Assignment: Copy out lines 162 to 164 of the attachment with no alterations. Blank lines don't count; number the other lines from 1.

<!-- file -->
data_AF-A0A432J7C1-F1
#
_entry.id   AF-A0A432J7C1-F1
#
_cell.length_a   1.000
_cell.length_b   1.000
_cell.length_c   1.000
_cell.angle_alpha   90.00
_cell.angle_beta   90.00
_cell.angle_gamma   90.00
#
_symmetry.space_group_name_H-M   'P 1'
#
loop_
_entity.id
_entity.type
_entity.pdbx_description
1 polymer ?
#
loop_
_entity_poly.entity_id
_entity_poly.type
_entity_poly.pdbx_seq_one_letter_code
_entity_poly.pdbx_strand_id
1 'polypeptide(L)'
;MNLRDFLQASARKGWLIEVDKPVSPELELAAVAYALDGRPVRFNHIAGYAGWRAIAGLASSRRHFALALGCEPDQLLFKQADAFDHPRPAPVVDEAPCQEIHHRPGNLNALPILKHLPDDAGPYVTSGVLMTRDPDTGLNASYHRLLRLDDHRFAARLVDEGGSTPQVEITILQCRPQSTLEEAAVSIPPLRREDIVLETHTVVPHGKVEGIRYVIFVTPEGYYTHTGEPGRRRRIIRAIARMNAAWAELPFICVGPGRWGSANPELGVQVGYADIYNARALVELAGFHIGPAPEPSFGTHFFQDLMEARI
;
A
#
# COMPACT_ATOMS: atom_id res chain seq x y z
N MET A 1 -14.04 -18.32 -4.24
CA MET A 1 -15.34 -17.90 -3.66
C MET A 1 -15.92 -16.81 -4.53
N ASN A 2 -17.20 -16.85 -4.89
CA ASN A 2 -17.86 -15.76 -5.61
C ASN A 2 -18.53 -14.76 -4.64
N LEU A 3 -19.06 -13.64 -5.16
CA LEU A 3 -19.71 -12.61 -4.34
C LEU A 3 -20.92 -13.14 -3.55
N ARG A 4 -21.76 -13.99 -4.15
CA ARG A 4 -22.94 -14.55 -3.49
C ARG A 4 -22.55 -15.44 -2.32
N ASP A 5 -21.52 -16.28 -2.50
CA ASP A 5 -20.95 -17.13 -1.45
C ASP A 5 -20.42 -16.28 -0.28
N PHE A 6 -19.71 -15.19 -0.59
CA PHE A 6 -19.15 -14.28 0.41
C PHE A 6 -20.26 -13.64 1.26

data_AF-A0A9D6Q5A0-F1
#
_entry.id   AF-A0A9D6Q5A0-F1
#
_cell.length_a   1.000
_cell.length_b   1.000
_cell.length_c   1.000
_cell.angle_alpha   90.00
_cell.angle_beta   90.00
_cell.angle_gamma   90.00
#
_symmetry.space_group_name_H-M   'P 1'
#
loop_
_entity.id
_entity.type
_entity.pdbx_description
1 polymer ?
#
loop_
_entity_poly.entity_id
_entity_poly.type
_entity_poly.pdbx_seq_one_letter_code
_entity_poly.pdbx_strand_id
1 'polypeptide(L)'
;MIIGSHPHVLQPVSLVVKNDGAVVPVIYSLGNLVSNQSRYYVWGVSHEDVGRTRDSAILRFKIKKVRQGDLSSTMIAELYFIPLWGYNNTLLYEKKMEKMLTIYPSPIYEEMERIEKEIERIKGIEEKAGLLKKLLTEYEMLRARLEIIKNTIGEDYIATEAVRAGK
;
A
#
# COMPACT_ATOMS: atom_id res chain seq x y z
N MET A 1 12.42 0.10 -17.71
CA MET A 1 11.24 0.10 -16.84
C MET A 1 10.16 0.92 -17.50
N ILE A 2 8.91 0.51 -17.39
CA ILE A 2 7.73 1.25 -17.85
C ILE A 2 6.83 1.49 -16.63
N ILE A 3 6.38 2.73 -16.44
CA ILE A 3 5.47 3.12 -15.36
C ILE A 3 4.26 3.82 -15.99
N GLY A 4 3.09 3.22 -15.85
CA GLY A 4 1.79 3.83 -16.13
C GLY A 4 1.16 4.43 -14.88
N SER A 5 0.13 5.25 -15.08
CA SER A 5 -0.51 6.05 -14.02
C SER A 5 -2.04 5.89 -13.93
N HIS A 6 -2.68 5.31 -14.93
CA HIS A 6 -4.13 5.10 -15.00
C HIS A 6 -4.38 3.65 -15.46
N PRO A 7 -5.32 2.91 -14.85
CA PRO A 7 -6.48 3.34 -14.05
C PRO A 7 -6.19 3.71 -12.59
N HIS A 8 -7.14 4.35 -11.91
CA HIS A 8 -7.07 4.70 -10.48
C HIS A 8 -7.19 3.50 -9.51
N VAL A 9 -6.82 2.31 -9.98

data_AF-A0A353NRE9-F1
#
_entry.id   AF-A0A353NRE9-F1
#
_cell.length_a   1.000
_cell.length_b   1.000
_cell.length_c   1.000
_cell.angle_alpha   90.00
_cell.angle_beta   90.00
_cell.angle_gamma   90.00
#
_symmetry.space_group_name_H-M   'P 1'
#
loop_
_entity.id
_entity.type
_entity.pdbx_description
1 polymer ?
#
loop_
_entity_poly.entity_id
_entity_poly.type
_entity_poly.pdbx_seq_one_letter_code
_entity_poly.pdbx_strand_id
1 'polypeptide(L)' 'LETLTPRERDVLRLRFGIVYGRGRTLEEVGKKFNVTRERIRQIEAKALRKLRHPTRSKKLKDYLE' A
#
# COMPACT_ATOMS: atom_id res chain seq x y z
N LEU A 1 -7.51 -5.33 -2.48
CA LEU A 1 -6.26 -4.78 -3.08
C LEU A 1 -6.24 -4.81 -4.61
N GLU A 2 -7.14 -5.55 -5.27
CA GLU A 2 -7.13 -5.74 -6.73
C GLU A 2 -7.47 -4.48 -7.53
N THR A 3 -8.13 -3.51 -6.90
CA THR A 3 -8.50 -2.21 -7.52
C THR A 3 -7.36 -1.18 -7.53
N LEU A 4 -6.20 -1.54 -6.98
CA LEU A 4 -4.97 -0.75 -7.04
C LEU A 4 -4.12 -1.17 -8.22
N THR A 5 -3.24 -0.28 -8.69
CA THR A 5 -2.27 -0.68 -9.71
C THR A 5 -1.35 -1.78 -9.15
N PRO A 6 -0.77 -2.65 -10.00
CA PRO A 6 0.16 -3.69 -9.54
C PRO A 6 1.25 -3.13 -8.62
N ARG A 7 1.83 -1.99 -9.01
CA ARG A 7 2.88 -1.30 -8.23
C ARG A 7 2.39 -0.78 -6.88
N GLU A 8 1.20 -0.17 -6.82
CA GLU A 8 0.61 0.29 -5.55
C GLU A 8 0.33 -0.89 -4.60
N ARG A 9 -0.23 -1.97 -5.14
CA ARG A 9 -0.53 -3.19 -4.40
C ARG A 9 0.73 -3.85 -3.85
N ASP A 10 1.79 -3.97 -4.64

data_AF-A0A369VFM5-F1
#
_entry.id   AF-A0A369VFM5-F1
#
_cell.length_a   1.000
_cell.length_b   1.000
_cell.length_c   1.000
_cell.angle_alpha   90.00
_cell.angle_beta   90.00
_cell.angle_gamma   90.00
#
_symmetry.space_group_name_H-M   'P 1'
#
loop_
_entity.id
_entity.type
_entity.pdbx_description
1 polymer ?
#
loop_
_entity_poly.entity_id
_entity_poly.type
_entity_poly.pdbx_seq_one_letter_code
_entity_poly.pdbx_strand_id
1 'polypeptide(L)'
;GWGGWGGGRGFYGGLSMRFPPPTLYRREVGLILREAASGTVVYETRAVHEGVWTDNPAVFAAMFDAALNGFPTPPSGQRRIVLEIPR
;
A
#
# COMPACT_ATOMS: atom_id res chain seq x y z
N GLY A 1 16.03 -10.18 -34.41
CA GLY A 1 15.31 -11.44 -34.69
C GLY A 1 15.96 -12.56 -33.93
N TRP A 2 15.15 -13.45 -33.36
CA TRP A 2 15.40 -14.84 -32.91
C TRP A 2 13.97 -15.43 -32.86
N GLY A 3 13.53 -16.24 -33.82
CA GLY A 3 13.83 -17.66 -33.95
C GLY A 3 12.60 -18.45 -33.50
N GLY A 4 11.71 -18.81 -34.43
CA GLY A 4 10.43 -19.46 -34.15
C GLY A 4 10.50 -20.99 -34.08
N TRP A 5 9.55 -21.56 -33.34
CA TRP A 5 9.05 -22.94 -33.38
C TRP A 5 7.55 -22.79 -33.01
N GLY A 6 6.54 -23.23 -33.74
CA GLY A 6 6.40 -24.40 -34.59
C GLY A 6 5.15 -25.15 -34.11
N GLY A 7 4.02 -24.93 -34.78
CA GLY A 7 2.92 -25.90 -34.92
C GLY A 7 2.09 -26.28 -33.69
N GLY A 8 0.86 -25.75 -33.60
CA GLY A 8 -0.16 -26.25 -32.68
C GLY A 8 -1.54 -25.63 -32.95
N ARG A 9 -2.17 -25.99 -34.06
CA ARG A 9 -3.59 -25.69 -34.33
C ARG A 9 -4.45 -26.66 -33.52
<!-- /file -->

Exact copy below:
#
_cell.length_a   1.000
_cell.length_b   1.000